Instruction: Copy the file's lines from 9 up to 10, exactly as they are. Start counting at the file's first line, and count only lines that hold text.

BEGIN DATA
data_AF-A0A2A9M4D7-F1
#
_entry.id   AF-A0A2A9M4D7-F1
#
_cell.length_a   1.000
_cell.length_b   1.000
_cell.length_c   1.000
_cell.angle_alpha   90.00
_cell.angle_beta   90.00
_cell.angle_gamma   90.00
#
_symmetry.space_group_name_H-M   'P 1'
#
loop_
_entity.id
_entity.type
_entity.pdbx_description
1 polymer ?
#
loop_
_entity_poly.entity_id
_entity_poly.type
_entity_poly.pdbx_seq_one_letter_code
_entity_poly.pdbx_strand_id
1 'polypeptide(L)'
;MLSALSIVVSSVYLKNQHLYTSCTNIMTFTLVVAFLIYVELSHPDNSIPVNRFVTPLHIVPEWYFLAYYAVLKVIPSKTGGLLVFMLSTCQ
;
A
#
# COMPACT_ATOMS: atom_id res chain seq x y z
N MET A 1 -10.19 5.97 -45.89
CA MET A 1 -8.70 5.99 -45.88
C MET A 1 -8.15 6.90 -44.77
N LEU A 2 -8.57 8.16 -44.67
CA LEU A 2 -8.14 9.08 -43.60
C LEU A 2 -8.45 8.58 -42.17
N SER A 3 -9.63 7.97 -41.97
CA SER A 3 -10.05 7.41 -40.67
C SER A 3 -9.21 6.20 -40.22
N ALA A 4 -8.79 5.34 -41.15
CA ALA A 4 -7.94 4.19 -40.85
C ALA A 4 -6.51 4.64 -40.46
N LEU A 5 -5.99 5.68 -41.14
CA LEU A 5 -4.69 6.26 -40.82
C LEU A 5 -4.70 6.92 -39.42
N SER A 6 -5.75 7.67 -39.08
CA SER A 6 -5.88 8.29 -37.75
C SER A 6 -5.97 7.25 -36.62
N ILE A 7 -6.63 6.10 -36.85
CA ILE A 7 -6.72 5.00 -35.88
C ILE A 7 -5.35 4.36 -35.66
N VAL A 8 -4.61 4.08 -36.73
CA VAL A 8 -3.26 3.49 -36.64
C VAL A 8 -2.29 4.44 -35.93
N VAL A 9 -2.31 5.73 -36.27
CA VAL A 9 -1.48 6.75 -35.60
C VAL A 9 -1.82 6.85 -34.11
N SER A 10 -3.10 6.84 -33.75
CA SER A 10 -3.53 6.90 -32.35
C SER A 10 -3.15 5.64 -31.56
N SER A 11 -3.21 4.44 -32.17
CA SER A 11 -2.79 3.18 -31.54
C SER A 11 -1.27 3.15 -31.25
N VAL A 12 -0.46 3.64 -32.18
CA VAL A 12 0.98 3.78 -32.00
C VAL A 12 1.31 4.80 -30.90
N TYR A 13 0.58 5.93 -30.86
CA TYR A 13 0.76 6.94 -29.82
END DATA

_cell.angle_beta   90.00
_cell.angle_gamma   90.00